Guatemala 1760-G P real

From CoinFactsWiki
Jump to: navigation, search
from the Mountain Groan Collection
Guatemala 1760 real rev DSLR.jpg

Shown is a 1760 one real from the Guatemala mint, of a type issued 1754-60. All pillar coinage from Guatemala is scarce and many issues are rare. Gilboy[1] notes this date as "R2" or "quite rare," indicating that less than fifty are believed to exist. There is also a 1760 one real for Charles III; this is marked as "R3", indicating that less than two dozen are believed to exist. This denomination is very rare without holes. Unlike the other colonial mints, Guatemala seems to have issued more four reales than any other denomination. Gilboy marks the half, one and two reales as "rare" and the eight reales as "scarce" to "normal." None are marked as common. Guatemala issues are notably cruder than other mints as evidenced by the filled letters.

In 1741, the Mexico City mint revised the shield side of design to allow the crown to interrupt the legend; this was never done in Guatemala.

Mexican numismatists hotly debate which side of the coin constitutes the obverse. Gilboy[1] depicts the shield side as the obverse as that side bears the king's name. However, auction catalogs and dealer listings more frequently use the pillars and globes side as the obverse, as that side bears the date.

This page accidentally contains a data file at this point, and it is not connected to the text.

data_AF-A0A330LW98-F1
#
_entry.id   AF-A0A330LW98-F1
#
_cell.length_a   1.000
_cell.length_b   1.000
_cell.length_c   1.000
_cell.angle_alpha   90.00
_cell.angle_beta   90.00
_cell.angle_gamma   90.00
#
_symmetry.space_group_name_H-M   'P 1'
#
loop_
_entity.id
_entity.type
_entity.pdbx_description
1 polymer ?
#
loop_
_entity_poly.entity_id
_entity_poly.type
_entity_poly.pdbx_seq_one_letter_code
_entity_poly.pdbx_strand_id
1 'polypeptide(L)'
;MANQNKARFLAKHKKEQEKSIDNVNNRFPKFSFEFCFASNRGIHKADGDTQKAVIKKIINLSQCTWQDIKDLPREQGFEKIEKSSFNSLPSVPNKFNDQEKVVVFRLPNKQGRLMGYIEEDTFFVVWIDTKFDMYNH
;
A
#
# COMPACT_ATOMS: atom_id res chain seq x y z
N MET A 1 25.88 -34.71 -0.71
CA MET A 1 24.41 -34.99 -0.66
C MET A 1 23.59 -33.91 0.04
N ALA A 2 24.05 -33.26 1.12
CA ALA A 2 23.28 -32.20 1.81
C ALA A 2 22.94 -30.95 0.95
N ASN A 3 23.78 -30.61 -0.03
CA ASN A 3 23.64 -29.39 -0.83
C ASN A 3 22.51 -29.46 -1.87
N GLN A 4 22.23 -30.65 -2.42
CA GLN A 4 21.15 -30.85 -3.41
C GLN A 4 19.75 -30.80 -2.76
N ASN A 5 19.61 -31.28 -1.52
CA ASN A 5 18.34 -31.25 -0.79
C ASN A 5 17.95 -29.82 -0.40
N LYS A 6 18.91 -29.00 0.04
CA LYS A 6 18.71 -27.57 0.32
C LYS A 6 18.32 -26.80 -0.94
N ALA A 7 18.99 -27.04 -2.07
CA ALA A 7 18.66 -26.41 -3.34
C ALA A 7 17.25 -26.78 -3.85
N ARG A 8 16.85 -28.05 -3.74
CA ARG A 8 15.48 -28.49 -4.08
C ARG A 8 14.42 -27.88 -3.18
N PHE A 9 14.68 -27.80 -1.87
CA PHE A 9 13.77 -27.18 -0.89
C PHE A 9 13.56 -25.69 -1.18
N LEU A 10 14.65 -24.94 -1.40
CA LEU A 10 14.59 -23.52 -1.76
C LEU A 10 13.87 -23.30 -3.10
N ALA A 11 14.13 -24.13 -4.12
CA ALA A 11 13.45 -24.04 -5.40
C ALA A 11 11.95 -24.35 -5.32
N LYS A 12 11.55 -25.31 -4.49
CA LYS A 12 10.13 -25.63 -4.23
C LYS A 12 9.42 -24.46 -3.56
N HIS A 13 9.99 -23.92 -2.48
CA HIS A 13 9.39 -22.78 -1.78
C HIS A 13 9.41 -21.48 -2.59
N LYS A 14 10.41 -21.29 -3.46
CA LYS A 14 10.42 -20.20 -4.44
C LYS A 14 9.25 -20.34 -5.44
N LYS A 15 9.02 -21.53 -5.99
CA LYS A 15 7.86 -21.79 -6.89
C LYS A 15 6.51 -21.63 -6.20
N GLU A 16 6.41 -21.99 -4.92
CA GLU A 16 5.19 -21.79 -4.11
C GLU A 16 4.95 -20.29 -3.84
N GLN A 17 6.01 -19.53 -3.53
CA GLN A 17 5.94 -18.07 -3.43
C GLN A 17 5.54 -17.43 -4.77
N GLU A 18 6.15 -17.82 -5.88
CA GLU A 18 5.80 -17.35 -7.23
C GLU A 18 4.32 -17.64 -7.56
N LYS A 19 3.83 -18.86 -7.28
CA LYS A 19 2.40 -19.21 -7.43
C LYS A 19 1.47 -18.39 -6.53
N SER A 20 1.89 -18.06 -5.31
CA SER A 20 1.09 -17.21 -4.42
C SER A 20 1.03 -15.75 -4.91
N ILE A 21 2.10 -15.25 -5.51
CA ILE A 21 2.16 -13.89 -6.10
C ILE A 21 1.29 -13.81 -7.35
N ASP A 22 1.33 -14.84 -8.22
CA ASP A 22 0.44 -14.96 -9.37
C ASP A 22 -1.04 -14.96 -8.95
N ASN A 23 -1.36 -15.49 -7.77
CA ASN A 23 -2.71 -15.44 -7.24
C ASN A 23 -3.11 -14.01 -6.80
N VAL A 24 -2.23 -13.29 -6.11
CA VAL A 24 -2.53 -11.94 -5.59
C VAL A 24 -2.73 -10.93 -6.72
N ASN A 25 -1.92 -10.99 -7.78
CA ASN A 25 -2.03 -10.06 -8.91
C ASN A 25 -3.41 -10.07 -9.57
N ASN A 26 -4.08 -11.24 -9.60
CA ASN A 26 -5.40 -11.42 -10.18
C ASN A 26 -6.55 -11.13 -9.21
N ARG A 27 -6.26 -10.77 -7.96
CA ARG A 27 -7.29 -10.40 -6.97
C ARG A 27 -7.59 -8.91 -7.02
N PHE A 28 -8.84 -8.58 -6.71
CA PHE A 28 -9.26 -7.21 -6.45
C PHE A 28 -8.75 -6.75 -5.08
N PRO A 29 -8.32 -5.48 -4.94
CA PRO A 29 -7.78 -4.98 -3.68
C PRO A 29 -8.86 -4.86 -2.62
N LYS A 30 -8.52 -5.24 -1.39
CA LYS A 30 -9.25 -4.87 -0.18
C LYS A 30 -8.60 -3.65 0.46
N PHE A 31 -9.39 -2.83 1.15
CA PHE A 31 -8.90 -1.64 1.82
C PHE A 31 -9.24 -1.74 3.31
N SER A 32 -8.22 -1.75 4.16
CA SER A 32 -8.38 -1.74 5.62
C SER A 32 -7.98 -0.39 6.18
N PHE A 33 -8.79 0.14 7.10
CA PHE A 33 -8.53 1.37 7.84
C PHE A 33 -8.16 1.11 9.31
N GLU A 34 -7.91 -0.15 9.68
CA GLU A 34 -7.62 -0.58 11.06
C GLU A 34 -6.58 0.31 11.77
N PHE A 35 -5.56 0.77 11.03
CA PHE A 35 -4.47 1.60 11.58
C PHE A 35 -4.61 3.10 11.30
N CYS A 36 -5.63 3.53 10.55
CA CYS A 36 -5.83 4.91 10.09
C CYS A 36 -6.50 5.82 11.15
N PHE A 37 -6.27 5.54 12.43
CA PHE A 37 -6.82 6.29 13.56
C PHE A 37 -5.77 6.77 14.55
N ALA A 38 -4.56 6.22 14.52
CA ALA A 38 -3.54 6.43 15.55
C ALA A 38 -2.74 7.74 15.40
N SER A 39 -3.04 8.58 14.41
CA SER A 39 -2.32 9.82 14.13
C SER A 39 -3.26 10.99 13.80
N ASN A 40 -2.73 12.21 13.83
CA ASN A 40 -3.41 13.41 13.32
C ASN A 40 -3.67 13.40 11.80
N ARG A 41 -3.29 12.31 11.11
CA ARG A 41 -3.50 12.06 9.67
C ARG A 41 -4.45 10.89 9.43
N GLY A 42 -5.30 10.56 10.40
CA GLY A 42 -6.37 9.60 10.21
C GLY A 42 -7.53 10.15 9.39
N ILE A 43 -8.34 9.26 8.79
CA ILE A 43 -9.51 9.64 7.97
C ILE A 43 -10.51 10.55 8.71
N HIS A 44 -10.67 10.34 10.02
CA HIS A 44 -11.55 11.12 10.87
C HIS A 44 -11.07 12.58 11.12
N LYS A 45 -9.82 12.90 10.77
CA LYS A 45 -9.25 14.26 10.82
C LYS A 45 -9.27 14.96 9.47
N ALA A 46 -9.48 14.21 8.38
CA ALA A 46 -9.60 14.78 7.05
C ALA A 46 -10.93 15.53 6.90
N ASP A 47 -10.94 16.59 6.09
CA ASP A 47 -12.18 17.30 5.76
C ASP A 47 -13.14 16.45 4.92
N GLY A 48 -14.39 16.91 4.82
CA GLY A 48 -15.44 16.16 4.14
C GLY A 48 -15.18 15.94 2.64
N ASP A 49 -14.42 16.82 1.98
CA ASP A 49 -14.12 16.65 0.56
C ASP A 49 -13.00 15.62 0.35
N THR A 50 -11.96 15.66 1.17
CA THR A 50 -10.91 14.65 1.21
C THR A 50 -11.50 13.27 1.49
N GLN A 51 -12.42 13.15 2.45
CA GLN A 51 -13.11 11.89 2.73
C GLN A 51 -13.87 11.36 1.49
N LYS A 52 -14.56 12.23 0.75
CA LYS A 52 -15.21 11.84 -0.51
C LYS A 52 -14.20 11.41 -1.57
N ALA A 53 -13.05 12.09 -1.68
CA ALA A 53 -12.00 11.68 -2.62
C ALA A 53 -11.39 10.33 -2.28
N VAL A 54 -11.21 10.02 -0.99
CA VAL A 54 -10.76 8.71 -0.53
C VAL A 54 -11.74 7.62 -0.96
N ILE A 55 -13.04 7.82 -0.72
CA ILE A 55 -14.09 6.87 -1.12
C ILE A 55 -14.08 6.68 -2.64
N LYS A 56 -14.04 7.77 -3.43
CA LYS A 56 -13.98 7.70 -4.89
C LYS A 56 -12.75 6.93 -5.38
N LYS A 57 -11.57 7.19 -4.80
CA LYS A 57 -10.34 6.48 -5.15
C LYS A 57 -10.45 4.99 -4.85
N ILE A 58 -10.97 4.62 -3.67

Recorded mintage: unknown.

Specification: 3.38 g, .917 fine silver, .099 troy oz ASW.

Catalog reference: G-1-8, KM 16.

Source:

  • Michael, Thomas, Standard Catalog of World Coins, 1701-1800, 7th ed., Iola, WI: Krause Publications, 2016.
  • [1]Gilboy, Frank F., The Milled Columnarios of Central and South America: Spanish American Pillar Coinage, 1732 to 1772, Regina, Saskatchewan: Prairie Wind Publishing, 1999.
  • Yonaka, Brad, A Variety Guide to the Pillar Coinage of the Guatemala, Bogota, Lima, Potosi, and Santiago Mints, 1752-1771, Long Beach, CA: Agorocu Consulting, 2018.
  • Harris, Robert P., Pillars & Portraits, San José, CA: Bonanza Press, 1968.
  • Robinson, Charles, The Coins of Central America, 1733-1965, San Benito, TX: 1965.

Link to: